Ottawa promises vaccination passport for international travel this fall


The federal government has announced plans to create proof of vaccination for international travel by early fall.

Immigration Minister Marco Mendicino said this afternoon that Ottawa was working with the provinces – which hold the immunization data – to develop consistent benchmarks. The minister said the government is also working with other countries to recognize credentials issued in Canada.

Federal certification would include data on the type of vaccines received, when and where.

“For Canadians who decide to travel, the use of proof of vaccination will provide foreign border authorities with the vaccination history necessary to assess whether a traveler meets their public health requirements and provide reliable credentials. and verifiable for their return to the country, ”declares a Liberation government.

Intergovernmental Affairs Minister Dominic LeBlanc said the government expects credentials to be digital, but will also make them available to those without access to a device.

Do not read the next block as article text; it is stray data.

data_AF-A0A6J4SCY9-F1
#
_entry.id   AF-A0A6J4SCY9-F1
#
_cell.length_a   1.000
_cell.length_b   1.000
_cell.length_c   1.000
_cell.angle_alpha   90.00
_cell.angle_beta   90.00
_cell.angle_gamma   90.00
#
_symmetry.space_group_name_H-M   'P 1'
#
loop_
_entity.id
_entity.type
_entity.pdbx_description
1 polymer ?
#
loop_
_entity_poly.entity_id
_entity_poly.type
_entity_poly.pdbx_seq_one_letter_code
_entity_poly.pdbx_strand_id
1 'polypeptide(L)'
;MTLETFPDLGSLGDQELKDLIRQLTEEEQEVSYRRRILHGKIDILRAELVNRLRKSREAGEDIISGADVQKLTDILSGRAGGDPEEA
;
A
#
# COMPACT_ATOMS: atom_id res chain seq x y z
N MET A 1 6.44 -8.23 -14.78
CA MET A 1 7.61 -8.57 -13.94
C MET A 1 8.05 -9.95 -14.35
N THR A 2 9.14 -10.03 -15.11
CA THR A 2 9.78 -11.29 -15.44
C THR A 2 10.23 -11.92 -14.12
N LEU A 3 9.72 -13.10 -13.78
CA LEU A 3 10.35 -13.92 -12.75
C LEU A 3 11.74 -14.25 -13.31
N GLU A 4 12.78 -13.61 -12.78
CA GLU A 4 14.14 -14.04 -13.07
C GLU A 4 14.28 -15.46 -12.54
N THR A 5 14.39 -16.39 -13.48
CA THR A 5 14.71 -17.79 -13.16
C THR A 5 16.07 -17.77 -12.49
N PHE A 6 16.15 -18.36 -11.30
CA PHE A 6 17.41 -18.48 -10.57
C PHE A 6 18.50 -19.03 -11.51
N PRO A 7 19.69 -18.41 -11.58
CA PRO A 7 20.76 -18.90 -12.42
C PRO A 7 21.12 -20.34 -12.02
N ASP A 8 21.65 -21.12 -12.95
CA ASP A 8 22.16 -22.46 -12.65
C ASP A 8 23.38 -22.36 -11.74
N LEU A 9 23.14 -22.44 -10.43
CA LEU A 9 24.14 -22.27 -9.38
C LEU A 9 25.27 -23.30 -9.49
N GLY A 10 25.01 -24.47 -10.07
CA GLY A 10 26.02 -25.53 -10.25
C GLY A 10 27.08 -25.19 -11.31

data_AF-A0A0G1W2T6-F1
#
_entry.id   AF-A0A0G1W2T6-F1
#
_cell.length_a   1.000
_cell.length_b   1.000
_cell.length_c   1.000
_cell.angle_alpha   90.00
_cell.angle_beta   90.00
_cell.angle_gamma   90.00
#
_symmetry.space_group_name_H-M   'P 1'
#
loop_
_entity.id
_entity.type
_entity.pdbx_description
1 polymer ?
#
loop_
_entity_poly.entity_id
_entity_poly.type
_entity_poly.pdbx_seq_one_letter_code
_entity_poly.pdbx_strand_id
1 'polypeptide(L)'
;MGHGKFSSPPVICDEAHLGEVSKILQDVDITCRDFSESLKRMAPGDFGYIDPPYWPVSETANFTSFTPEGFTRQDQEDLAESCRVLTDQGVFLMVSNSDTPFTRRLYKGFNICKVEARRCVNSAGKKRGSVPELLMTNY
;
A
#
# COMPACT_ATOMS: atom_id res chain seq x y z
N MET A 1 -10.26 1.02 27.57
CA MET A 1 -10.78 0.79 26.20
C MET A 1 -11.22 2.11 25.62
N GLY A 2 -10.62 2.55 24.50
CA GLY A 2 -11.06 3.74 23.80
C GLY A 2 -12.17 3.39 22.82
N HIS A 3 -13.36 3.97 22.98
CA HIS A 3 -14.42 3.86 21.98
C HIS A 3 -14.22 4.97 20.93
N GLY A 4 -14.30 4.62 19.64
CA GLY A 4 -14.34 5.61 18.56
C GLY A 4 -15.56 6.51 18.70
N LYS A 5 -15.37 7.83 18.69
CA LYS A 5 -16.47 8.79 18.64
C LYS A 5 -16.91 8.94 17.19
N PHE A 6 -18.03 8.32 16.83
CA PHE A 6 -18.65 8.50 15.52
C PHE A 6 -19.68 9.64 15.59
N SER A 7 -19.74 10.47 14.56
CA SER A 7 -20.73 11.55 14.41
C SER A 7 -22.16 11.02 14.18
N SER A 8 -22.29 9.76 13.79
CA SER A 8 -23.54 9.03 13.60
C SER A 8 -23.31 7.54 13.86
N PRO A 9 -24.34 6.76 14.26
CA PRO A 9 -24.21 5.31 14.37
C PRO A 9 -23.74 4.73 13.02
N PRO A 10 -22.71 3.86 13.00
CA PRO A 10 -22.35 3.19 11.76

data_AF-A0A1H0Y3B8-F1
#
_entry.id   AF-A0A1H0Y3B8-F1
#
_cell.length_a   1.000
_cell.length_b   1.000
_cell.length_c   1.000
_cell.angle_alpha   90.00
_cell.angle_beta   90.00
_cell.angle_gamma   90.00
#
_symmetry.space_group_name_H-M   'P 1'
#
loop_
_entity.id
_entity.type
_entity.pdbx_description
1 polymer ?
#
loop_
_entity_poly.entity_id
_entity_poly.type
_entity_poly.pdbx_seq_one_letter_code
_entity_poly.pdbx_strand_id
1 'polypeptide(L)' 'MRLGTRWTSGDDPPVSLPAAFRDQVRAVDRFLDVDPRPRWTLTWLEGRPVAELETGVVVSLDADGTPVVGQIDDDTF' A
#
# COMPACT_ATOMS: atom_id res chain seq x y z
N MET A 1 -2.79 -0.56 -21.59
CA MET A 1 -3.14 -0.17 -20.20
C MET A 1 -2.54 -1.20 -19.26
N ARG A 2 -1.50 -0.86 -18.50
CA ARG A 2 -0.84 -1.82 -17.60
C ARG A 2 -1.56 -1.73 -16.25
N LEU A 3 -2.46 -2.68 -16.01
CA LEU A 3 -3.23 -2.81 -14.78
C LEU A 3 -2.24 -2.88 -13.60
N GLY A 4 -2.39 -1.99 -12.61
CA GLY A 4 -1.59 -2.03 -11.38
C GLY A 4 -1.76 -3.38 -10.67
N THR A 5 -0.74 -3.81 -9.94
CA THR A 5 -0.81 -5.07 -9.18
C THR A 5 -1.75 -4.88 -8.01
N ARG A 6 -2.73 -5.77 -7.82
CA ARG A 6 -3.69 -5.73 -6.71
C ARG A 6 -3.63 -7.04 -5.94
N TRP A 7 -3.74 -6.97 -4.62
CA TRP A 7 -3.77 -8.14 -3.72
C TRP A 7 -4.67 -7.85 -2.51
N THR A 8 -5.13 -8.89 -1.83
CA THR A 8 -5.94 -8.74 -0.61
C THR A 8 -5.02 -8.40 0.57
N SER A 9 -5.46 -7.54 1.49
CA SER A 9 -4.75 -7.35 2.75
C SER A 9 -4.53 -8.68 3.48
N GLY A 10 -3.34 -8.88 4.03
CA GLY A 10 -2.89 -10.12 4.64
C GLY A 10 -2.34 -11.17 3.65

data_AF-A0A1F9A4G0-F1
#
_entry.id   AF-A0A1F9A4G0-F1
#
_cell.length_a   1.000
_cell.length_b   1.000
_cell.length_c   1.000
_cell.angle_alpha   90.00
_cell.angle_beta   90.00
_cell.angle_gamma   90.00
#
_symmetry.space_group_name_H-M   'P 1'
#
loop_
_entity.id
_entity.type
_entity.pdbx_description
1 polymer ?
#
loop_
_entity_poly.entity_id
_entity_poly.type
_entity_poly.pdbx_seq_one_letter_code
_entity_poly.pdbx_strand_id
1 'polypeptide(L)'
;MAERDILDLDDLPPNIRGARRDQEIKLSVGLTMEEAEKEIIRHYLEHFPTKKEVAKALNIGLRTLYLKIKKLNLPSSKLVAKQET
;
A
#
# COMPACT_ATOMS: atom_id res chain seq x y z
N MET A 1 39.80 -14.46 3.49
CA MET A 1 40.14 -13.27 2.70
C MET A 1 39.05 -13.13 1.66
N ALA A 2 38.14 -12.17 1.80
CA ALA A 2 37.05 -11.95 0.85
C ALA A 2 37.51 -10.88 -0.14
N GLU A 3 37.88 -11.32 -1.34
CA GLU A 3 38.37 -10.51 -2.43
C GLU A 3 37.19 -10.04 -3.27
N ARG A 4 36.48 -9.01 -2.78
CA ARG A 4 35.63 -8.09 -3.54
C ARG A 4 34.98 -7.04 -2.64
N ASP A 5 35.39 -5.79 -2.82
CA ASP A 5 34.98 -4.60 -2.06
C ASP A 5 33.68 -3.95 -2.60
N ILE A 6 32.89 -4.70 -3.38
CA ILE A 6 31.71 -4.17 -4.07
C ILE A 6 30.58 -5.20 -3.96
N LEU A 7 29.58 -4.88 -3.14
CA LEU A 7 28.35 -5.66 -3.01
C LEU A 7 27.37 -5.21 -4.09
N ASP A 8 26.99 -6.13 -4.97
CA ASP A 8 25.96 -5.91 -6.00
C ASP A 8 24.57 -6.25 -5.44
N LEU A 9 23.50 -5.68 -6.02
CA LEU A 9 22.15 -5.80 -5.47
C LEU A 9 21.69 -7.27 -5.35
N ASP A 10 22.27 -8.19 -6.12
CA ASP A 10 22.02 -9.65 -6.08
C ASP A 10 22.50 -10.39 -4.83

The federal announcement comes amid heated debate as some provinces talk about introducing national proof of vaccination.

In Quebec, starting in September, anyone wishing to visit non-essential businesses such as bars, restaurants, gyms and festivals will have to present a scannable QR code via a smartphone app to prove that they have been fully vaccinated against COVID. -19.

Manitoba has issued proof of immunization cards to residents who have two weeks after their second injection.

Nova Scotia Liberal Leader Iain Rankin vowed that a re-elected Liberal government would bring forward a ScotiaPass plan for fully immunized residents and that businesses and other organizations could use the system to limit access to their services.

Meanwhile, Alberta Premier Jason Kenney continues to insist his province will not submit proof of vaccination documents.

“We have been very clear from the start that we will not facilitate or accept vaccine passports,” Kenney told reporters last month.

“I think they would in principle violate the Health Information Act and possibly the Freedom of Information and Protection of Privacy Act as well.”


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